Her public feud with fellow writer Mary McCarthy continued for years and formed the basis for the play Imaginary Friends by Nora Ephron. McCarthy famously said of Hellman on The Dick Cavett Show that "every word she writes is a lie, including 'and' and 'the'." Hellman replied by filing a US$2,500,000 slander suit against McCarthy but died, at age 79, from natural causes, and the suit was dropped by Hellman's executors.
The Oscar-winning film Julia was claimed to be based on the friendship between Hellman and the title character. Upon the film's release, in 1977, New York psychiatrist Muriel Gardiner claimed that she was "Julia" and that she had never known Hellman. Hellman replied that the person upon whom the character was based was not Gardiner. However, the facts that Hellman and Gardiner had the same lawyer (one Wolf Schwawbacher), that the lawyer had been privy to Gardiner's memoirs, and that the events in the film conform to those in the memoirs, have led to the presumption that they had been appropriated without attribution from Gardiner.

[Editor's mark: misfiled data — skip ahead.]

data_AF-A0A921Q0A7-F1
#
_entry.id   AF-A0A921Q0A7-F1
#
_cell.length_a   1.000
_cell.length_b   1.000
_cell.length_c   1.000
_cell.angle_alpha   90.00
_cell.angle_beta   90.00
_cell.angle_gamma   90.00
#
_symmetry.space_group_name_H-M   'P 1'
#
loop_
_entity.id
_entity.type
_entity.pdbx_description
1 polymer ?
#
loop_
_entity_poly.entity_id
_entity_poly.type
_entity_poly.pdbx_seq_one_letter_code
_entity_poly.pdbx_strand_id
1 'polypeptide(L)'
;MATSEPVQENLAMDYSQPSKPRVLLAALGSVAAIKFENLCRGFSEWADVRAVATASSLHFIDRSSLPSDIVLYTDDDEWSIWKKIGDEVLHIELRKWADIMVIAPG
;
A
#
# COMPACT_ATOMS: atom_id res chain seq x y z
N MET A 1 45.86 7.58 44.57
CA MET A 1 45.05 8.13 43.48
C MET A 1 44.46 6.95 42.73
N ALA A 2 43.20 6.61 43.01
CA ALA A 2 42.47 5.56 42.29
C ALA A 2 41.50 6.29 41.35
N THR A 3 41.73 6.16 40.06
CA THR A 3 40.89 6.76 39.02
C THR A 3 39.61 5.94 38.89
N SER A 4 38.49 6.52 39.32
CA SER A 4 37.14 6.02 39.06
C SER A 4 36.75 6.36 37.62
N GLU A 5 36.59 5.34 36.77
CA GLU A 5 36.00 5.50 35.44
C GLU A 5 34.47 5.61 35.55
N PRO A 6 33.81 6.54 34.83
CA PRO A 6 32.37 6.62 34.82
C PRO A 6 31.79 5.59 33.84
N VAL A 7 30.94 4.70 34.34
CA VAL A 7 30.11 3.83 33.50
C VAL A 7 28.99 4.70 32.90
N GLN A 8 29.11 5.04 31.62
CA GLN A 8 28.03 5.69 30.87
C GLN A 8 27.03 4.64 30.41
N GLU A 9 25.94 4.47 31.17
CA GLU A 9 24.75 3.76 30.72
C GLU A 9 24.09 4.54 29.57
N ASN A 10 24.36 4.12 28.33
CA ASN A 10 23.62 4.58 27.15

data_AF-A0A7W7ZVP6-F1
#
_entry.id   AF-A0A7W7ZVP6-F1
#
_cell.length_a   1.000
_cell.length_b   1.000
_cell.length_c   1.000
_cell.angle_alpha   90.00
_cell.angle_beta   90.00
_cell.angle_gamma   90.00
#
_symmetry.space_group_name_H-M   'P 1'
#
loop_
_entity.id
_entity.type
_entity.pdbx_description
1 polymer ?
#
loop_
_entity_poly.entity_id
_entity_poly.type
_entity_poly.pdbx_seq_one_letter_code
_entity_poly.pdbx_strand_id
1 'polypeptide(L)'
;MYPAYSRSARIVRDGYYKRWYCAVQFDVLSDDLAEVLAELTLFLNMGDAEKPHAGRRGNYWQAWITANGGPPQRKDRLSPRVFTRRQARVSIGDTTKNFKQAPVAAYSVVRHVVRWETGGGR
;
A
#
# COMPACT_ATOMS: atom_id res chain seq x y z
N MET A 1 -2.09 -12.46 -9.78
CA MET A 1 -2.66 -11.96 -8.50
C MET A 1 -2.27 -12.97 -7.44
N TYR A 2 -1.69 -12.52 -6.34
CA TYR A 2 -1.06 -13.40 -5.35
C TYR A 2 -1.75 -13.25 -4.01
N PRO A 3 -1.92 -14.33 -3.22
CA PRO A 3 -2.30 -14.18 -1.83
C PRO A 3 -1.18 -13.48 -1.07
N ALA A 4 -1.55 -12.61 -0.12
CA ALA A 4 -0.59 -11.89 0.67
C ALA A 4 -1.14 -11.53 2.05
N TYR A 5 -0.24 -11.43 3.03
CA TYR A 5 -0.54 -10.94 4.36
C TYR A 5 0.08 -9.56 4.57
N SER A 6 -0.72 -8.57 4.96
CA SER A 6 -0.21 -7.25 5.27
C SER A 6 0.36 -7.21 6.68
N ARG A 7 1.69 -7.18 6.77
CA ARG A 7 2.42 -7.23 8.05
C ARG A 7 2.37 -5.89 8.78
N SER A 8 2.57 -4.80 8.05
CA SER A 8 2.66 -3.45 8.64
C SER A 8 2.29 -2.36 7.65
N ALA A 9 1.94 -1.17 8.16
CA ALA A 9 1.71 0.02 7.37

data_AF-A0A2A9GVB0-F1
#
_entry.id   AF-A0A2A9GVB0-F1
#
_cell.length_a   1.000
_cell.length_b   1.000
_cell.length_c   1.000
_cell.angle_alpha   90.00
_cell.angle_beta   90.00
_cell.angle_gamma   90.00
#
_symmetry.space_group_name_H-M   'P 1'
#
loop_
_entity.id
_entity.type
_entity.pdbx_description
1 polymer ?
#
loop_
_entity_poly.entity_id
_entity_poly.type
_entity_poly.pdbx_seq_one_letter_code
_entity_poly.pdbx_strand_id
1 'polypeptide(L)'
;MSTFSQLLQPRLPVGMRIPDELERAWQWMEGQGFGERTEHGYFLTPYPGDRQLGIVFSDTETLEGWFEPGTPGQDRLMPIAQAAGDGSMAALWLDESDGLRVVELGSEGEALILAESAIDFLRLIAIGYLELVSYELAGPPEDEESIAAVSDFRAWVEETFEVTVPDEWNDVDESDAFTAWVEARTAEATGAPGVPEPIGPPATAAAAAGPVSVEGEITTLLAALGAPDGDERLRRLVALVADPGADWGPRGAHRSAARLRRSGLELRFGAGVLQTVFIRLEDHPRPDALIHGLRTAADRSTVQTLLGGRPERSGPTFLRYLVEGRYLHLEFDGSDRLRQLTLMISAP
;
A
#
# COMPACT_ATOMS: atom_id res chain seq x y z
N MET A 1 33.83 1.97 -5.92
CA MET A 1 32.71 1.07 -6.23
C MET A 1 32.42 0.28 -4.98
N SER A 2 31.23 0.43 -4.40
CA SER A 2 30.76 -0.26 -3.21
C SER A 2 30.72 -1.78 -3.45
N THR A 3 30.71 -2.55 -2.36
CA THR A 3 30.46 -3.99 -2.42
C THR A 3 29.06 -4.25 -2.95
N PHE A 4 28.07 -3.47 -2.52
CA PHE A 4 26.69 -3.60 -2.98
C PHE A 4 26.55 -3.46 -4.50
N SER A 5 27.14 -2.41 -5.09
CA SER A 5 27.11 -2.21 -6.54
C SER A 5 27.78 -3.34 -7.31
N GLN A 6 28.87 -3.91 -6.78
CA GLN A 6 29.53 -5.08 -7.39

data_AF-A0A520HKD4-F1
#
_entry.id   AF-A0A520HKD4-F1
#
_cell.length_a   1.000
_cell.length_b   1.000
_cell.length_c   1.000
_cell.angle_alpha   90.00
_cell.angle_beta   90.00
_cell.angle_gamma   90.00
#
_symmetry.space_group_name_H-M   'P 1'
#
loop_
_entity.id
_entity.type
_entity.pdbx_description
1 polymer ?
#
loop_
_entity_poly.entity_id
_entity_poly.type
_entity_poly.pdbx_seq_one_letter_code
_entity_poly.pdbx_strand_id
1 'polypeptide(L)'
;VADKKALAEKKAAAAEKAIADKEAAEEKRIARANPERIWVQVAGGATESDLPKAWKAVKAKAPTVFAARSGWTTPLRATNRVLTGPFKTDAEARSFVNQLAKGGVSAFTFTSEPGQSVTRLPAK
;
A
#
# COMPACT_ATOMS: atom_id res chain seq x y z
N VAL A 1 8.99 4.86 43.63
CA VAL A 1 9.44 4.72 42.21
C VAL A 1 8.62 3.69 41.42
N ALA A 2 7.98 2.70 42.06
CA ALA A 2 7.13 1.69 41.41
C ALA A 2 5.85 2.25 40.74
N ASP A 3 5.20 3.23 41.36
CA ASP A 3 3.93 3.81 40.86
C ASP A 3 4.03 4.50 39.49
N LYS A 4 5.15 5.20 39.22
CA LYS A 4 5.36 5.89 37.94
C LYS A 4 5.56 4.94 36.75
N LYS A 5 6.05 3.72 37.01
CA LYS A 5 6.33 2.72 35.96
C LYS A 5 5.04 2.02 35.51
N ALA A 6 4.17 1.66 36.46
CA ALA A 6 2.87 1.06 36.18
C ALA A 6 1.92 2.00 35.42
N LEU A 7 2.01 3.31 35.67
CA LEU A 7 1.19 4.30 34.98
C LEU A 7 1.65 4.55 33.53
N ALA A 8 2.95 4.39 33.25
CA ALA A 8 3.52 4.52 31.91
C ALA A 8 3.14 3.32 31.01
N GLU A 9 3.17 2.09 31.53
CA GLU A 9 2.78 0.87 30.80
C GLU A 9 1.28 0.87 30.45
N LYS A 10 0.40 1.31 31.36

Hellman appeared before the House Un-American Activities Committee in 1952. Asked to name names of acquaintances with communist affiliations, Hellman instead delivered a prepared statement, which read in part:
As a result, Hellman was blacklisted by the Hollywood movie studios for many years.
List of works